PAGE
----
3D Printing

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Please refer to the 3D printing Risk Assessment on the SoMakeIt Member Induction Pages.

We have several 3D Printers of various size and capability in the space that you can use listed in Printers. If you would like to use a printer, come by the space when it's open and ask if a printer is available and if someone can show you how. If you want to be assured of printer availability and assistance please check Slack channel (#3D-PUG).

A volunteer will be able to suggest the best printer to use for your thing and how to complete the process of printing it. Printing with Cura is a good place to start.

Printers Overview

SoMakeIt has various 3D printers in various states of repair and difficulty level to use. In approximate difficulty order (from least to most) they are

FDM Printers (Fused Deposition Modelling - using strands of plastic filament such as PLA or ABS - the most common type of 3D printing)

  1. Lulzbot minis - Small (150x150) build area but easy to use. Can be driven with a laptop running Cura or via Octoprint. One is fully functional and available for use and one other is set up for flexible filament material (but is currently experiencing problems)
  2. Lulzbot TAZ 6 - Larger build area (250x250) than the minis, can be setup with an SD card with CGode sliced in Cura or with Octoprint. one of the 6's is setup with a larger hardened steel nozzle and can be used for faster, lower detail printing as well as flexible filament prints
  3. Lulzbot TAZ 3 - Not recommended for general use. Needs to be driven from an SDCard with CGode sliced in Cura
  4. Cerberus Delta - SDCard and not dimensionally accurate. can only print PLA. Slic3r profile is available in Github.
  5. Cube Pro - Currently undergoing conversion. Not available for use.

SLA Printers (Stereolithography or Resin printing - "pulls" a model out of a vat of liquid resin. good for small, high detail parts such as figurines)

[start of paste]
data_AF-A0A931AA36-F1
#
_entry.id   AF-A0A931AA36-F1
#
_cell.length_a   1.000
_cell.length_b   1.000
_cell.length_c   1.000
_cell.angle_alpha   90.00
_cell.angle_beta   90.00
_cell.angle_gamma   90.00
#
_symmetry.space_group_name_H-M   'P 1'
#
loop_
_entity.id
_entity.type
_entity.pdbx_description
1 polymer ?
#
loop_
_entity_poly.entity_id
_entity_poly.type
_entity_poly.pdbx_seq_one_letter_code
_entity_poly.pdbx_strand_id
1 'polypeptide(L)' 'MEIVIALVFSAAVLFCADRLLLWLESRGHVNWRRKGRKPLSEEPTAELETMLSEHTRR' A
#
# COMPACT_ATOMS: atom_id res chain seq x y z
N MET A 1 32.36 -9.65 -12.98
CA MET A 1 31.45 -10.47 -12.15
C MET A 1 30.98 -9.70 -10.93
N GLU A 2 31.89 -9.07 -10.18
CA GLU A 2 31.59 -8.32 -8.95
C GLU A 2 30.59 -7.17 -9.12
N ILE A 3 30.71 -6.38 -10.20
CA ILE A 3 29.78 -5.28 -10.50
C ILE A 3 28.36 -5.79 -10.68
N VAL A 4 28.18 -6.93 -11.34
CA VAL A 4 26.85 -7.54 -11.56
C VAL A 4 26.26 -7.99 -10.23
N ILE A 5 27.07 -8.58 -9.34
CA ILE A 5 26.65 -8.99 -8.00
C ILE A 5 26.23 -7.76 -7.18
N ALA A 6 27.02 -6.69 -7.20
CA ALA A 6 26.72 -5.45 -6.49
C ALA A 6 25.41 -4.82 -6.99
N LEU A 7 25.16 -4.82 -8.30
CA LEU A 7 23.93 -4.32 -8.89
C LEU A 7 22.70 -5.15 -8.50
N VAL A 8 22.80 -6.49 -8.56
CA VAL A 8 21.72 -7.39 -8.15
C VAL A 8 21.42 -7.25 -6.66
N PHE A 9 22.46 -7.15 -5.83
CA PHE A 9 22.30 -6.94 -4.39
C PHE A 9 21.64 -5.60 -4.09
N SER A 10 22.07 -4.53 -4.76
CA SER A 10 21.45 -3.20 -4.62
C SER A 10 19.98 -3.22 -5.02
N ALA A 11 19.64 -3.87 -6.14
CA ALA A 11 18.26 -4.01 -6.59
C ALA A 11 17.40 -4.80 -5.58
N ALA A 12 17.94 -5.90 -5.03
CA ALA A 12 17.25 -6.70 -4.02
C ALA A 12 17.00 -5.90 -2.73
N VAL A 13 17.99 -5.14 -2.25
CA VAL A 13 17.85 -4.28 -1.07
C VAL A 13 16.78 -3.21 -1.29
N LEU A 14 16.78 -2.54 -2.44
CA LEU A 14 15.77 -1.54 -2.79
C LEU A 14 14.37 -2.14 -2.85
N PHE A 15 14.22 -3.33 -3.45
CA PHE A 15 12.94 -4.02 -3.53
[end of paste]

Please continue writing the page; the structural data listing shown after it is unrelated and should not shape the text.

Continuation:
1. Elegoo Mars with wash and curing station

Full details can be found on the 3D Printers Models page

Printing overview

Printing in general steps goes:

  1. Create or download 3D model (ensuring it's .STL format)
  2. Slice the model into CGODE (specific to the printer) with a slicer.
  3. Prepare the printer (ensure the printer is operational and clean)
  4. Load the sliced GCODE onto the printer (using on-board SDCard reader, Octoprint or direct USB connection.
  5. Print!

There is a different workflow for the resin printer but it broadly follows the same general steps.

1. 3D Model

  • Create a 3D model

Use a 3D CAD or modelling package to create your model. Typical free options are Tinkercad, Fusion 360, OpenSCAD and Blender, though there are many other options. See the infographic below for an overview of options and their relative strengths and weaknesses.

  • Download a 3D file.

There are a number of 3D file download sites, the most popular are Thingiverse, Printables and Cults3D. many are free, some are paid. make sure to download a .STL or .3MF file otherwise you may need to convert your download before use.

2. Slice the model

Before your 3D file can be printed, the stl has to be converted into instructions that the 3D printer can understand, AKA G-CODE. The printer prints one layer or slice at a time so this is called slicing. The exact method of slicing can be printer specific but as most of the printers in the space are Lulzbot ones, it is highly recommended to slice/print with the Lulzbot specific version of Cura. For the Cerberus Delta printer, slicing is recommended to be done with Slic3r or Prusa Slicer. The profile for Slic3r (also works with prusa slicer as prusa slicer is forked from slic3r) can be found on our github page

3. Prepare the printer

The exact preparation of the printer is dependant on the surface of the build platform and the material you are printing. The space printers will either have bare glass or PEI as the sheet.